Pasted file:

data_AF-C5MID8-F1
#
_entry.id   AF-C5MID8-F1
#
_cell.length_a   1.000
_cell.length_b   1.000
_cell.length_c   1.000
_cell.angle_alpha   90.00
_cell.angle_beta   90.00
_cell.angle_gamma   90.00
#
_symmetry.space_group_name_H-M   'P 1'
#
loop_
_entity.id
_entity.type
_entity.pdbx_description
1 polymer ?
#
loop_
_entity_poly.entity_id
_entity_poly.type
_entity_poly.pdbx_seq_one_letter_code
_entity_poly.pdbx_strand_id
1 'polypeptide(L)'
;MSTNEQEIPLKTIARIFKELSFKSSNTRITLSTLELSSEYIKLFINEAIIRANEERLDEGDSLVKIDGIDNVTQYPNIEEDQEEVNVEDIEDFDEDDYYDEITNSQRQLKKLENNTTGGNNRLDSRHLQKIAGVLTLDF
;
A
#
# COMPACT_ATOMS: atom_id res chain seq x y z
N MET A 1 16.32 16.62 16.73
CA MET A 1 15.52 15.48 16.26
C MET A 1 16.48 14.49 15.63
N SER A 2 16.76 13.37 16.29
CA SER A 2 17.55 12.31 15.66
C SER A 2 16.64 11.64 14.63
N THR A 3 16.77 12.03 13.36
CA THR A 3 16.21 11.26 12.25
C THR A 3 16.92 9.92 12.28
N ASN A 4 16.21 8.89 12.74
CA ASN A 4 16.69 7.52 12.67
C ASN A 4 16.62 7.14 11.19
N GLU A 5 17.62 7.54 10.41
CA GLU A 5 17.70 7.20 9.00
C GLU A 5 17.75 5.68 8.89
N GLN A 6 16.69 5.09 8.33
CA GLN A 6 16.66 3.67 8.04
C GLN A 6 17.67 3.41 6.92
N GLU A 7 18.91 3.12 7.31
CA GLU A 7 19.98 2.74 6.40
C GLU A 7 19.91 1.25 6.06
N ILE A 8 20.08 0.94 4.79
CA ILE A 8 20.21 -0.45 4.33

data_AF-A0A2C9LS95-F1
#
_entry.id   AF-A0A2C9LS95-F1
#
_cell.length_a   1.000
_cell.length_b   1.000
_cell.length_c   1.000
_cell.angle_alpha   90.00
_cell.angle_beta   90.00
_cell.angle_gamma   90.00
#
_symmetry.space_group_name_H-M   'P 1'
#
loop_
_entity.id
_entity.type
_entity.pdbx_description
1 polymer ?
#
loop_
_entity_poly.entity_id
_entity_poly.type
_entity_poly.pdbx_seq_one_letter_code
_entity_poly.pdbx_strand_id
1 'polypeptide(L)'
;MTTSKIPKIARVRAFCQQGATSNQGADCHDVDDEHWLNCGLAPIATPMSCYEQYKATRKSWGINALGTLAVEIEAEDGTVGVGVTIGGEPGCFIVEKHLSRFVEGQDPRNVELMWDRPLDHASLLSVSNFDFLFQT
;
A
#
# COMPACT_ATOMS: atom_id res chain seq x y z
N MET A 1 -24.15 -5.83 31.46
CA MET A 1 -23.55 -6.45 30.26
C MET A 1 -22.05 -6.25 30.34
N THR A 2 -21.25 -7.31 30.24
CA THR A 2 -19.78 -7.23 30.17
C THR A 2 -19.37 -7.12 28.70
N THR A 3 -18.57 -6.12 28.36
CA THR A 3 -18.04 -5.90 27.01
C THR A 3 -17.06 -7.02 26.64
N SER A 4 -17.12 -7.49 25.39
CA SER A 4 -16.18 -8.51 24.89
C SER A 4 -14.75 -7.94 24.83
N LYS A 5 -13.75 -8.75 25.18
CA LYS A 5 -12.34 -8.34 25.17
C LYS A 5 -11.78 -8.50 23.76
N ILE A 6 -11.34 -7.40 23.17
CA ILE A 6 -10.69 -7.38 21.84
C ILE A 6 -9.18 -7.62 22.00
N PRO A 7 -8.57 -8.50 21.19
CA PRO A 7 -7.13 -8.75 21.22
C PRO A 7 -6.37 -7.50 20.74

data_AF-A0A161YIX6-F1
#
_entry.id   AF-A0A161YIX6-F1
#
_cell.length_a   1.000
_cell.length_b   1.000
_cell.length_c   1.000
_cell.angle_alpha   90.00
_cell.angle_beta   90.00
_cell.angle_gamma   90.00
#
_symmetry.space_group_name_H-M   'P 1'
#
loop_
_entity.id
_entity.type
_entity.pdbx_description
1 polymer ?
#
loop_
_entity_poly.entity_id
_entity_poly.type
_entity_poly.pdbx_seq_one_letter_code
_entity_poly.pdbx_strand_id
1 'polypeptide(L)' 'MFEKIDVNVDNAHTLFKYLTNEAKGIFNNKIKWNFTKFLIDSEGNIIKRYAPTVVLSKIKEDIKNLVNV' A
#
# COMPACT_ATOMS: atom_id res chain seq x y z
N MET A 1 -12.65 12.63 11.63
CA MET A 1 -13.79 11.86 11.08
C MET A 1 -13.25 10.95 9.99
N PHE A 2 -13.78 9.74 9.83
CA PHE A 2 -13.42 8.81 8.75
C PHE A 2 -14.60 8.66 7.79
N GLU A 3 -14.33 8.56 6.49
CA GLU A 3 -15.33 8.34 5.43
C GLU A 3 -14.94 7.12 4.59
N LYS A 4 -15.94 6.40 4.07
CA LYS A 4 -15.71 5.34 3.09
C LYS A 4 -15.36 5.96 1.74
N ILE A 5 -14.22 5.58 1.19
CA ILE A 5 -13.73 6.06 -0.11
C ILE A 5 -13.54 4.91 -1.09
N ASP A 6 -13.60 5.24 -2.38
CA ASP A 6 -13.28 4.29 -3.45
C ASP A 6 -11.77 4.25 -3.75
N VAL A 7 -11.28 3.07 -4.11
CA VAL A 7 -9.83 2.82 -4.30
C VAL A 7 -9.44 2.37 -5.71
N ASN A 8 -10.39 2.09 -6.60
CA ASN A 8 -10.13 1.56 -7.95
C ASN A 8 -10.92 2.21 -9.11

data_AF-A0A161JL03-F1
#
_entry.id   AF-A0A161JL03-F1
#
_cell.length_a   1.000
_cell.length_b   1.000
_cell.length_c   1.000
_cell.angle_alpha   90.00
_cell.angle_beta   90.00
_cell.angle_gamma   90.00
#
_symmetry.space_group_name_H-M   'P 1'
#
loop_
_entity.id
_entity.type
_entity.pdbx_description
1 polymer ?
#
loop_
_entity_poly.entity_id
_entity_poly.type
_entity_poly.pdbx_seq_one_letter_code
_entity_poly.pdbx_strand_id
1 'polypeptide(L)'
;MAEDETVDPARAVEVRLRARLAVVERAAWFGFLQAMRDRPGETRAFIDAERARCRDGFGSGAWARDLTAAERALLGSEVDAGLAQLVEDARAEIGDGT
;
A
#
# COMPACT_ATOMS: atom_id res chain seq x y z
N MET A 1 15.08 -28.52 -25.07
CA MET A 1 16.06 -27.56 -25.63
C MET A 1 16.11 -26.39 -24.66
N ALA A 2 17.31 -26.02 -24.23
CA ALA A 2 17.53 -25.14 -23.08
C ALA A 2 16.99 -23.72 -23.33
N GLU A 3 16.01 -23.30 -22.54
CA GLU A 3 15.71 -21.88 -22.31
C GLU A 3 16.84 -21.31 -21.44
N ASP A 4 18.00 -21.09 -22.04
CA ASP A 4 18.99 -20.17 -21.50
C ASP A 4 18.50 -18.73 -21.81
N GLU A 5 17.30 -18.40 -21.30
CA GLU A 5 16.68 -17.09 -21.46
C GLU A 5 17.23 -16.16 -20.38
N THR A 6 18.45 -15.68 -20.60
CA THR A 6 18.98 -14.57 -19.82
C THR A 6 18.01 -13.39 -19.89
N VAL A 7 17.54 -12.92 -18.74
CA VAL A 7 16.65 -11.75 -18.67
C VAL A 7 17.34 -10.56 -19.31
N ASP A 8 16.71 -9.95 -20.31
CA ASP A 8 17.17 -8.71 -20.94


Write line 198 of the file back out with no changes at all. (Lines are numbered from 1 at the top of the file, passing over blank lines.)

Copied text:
N GLU A 5 17.30 -18.40 -21.30